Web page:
And The Nominee Is…


Gotta love cronyism.

This is actually a pretty stealth move on behalf of the Bush administration. It puts Democrats in a tight spot. They’re faced with a nominee who they know nothing about (other than her and GWB are good pals), and so they have two not-so-great choices: let her go through and take their chances in getting a total nut, or fillibuster with the knowledge that doing so will virtually guarantee that the subsequent nominee will be confirmed (the American public isn’t gonna love multiple fillibusters) — giving Bush the ability to then put up a Miguel Estrada or a Patricia Owens and leave Dems with few options. Her lack of any sort of judicial history also gives Democrats fewer rallying points — all we know is that even some Republicans are under the impression that “She rose to her present position by her absolute devotion to George Bush” and “that she told me that the president was the most brilliant man she had ever met” (link via Atrios). George W. Bush is the most brilliant man she’s ever met? Sounds to me like she needs to get out more.

This one is trouble. Democrats are in a nasty position. We’ll have see what comes forward about her in the coming weeks.

UPDATE: Check out her blog. Totally legit, I swear.

UPDATE 2: This has nothing to do with anything, but I love my mom. I told her that I have school off tomorrow for Rosh Hashanah, and she IMs me, “oh…you ned to ask for forgiveness to anyone you have crossed! What do you think of Bush’s candidate?? I think she is absolutely unqualified! It is insulting to women…he is just offering up a woman…any woman…there are tons of qualified women! Its like he’s daring the Dems to say something. Well..the gym is beckoning. go make your dinner. gotta clear the phone line…George may be trying to reach me to be the next Secretary of State!” Hahaha…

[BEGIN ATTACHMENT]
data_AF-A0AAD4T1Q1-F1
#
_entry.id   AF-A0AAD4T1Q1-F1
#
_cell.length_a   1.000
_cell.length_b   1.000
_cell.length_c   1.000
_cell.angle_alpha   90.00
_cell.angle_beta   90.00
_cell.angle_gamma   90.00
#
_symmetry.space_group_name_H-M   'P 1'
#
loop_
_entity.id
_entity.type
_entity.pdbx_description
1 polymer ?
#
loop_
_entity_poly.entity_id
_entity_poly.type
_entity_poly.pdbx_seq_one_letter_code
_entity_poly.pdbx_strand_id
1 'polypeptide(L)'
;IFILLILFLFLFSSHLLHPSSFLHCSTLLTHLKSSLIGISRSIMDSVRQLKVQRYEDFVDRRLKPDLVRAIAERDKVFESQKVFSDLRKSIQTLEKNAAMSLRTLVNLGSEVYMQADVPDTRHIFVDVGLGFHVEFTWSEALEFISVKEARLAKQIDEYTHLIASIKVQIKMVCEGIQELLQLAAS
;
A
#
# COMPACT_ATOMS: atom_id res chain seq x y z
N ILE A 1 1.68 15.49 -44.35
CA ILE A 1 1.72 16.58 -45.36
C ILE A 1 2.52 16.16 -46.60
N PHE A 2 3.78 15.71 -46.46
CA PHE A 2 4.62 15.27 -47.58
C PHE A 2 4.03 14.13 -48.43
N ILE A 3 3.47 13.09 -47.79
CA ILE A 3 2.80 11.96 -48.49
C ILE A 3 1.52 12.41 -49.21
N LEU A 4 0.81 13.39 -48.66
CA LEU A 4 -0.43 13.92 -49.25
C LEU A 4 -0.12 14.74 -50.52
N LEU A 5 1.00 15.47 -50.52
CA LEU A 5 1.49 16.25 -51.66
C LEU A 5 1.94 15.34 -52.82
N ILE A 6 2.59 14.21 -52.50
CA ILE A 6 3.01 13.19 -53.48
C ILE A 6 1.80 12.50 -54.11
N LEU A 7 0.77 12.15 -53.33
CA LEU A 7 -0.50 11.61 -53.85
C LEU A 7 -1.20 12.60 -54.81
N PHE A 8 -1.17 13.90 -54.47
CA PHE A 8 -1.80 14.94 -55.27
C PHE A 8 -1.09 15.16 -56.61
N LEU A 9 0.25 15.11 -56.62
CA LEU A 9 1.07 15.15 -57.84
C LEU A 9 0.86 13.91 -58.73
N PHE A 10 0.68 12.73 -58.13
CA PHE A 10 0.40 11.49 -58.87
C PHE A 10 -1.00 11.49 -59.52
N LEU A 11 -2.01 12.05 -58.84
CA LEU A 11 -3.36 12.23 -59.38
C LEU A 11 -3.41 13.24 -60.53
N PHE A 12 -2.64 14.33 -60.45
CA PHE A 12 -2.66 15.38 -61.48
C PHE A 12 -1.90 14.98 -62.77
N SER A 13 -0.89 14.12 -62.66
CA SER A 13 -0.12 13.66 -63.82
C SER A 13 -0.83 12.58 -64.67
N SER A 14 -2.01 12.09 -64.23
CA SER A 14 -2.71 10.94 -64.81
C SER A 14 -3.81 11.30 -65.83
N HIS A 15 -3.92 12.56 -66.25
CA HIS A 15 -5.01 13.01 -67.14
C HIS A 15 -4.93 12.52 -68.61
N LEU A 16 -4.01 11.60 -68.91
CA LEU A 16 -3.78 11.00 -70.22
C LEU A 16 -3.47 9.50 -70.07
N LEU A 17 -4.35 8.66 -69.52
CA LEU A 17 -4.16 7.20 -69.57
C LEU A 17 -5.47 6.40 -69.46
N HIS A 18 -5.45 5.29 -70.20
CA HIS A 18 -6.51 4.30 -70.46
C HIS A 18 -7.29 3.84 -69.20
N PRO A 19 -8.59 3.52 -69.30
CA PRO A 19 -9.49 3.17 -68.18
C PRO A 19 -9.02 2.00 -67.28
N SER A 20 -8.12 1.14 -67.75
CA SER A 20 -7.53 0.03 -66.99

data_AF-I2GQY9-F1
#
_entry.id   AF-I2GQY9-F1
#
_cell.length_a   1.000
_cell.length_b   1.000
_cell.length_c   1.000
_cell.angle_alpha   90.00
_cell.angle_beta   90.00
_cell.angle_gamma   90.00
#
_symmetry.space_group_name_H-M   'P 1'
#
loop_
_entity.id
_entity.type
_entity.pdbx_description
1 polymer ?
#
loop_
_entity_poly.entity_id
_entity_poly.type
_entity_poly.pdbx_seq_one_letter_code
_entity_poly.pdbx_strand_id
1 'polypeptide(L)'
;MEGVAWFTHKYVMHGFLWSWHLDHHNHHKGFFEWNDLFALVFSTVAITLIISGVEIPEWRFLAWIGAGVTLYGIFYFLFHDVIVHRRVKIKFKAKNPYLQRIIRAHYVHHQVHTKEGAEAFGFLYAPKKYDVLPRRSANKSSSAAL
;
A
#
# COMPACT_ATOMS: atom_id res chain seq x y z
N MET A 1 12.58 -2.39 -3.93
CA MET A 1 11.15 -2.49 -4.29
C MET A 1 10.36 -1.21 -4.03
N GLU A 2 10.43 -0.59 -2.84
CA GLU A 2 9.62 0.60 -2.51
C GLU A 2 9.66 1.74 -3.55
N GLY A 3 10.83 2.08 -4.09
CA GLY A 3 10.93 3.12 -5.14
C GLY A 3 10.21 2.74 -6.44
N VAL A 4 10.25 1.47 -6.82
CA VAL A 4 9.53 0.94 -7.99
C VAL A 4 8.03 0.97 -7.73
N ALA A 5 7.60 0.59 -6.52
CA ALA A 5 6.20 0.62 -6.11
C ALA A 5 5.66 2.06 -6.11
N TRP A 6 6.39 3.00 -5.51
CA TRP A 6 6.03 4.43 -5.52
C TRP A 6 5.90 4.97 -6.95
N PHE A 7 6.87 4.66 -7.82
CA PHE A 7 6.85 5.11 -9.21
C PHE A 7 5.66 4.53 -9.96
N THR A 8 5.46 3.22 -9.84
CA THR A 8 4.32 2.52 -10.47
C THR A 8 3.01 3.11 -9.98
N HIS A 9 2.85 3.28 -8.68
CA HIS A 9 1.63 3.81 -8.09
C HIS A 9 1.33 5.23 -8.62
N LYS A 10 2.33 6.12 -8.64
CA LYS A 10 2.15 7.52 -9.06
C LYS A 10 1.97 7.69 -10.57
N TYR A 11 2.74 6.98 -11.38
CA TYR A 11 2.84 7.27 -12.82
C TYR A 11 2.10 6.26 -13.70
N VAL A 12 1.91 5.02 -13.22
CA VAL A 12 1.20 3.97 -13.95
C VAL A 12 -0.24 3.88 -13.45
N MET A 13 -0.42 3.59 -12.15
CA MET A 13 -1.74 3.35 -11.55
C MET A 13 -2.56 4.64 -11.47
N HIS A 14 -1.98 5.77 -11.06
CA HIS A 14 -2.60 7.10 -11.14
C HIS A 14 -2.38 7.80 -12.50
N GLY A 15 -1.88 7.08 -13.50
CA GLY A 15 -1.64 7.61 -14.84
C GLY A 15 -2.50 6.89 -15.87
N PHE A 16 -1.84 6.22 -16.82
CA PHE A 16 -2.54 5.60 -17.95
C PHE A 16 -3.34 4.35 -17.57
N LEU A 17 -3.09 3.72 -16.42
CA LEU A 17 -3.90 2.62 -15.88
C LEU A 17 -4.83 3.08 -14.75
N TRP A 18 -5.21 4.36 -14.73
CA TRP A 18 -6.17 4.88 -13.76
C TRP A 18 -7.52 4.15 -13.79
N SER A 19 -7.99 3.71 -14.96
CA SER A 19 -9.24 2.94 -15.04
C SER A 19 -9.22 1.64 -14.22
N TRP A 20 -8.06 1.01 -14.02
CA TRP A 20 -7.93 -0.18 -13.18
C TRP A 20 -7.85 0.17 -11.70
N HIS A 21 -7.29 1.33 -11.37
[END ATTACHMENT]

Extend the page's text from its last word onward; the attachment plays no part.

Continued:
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20 comments for “And The Nominee Is…

  1. Thomas
    October 3, 2005 at 10:49 am

    Actually, he fucked up. She could lose as unqualified. She’s never done anything, on the bench, academia, politics or private practice that would lead one to believe she has the chops for this job.

  2. October 3, 2005 at 10:56 am

    I agree. But if she loses, his next nominee will almost definitely be confirmed. And that’s a problem.

  3. Allah
    October 3, 2005 at 11:10 am

    fillibuster with the knowledge that doing so will virtually guarantee that the subsequent nominee will be confirmed (the American public isn’t gonna love multiple fillibusters)

    You might not need to filibuster. If the outcry from conservatives is loud enough, a few Republican senators might be persuaded to join the Dems and reject her outright. I wouldn’t mind that at all, frankly.

    Your conclusion is also wrong as a matter of historical record. In 1969, the Senate rejected two of Nixon’s nominees to fill Abe Fortas’s seat on the Court. Harry Blackmun finally got in on the third try. Also bear in mind that O’Connor has said she’ll serve until her replacement is confirmed, which means there’s no pressure on Dems to approve someone just to fill a vacancy.

  4. Linnaeus
    October 3, 2005 at 11:41 am

    I don’t know how this will play out, but I do agree that this is a rope-a-dope attempt by the Bush administration.

  5. Dan
    October 3, 2005 at 11:45 am

    Check this out y’all.

    Read it and weep.

  6. October 3, 2005 at 12:00 pm

    To Democratic politicians: Play the Crony Card for heaven’s sake!

  7. Thomas
    October 3, 2005 at 12:24 pm